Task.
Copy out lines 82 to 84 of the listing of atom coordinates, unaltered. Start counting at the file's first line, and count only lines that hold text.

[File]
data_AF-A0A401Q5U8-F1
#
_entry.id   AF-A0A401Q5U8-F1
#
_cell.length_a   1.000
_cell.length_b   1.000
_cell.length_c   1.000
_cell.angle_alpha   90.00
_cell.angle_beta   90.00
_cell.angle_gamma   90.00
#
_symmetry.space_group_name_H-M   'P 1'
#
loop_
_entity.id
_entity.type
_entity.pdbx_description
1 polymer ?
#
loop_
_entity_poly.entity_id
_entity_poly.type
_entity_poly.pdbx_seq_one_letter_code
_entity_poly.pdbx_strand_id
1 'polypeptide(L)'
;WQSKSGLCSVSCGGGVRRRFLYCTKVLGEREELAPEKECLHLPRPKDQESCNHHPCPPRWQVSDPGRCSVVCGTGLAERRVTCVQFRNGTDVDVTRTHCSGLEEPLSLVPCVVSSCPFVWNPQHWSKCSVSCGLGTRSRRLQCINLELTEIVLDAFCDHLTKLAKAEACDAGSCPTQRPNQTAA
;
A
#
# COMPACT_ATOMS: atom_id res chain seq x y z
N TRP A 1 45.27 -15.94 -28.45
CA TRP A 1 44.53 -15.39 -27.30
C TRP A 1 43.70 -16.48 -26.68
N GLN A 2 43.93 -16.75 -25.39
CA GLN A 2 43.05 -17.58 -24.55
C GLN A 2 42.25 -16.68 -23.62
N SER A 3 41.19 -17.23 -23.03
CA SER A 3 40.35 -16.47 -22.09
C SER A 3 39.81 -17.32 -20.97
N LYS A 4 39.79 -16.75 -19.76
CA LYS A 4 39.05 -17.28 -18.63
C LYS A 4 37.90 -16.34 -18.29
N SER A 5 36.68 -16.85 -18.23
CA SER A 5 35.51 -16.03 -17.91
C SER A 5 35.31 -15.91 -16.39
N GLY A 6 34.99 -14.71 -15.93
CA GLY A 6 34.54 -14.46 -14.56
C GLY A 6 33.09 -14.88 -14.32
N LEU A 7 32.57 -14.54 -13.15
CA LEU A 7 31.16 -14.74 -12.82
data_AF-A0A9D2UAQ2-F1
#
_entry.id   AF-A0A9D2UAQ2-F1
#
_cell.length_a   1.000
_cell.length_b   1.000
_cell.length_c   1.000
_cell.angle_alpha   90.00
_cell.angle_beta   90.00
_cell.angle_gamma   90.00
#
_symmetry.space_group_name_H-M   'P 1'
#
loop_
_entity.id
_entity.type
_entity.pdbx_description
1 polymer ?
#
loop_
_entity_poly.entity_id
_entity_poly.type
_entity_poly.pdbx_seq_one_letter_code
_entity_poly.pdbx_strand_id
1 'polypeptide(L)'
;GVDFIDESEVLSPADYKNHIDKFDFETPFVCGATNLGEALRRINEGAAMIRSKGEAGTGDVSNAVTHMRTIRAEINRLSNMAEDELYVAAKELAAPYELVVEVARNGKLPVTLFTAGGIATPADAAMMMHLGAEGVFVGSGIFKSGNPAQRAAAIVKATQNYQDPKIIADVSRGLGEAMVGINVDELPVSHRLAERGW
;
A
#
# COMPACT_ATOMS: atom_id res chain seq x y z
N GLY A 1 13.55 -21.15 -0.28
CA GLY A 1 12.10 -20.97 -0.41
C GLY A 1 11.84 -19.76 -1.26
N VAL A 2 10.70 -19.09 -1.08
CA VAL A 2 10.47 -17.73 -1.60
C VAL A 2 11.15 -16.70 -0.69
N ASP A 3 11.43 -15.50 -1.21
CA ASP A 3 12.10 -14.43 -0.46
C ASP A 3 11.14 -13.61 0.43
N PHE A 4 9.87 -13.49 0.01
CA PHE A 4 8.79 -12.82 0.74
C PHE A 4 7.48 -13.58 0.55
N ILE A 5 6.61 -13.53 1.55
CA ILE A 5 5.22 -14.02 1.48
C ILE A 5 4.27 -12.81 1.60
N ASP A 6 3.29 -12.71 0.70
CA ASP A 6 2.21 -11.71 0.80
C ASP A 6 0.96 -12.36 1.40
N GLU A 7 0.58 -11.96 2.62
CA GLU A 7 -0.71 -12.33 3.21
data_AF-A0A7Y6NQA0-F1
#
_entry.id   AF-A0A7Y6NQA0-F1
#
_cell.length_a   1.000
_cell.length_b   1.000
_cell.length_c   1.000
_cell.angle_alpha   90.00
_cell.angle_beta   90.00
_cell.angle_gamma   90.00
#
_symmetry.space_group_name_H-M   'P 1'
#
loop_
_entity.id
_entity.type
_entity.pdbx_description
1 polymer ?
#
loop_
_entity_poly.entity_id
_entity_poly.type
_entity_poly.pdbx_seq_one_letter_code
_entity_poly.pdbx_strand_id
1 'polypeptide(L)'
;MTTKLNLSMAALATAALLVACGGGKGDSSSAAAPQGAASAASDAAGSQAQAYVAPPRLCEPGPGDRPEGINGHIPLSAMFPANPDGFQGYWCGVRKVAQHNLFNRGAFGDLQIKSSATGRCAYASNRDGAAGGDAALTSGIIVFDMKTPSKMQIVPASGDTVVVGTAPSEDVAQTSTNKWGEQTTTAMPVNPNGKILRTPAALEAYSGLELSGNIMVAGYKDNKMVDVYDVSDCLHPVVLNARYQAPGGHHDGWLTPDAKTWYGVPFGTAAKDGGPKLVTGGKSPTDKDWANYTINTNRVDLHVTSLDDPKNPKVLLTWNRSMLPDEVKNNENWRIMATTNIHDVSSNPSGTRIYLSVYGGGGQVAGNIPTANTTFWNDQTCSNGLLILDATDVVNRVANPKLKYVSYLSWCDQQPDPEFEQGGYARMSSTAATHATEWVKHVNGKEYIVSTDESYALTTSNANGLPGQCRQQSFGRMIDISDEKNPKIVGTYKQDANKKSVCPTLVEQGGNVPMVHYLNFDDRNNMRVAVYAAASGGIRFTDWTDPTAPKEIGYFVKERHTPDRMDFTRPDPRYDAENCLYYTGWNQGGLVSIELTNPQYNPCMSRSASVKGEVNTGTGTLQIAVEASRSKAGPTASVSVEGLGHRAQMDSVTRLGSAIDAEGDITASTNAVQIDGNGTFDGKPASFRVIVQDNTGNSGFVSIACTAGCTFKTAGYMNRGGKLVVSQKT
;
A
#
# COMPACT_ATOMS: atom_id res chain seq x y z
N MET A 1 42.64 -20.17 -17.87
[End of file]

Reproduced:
CA GLY A 1 12.10 -20.97 -0.41
C GLY A 1 11.84 -19.76 -1.26
N VAL A 2 10.70 -19.09 -1.08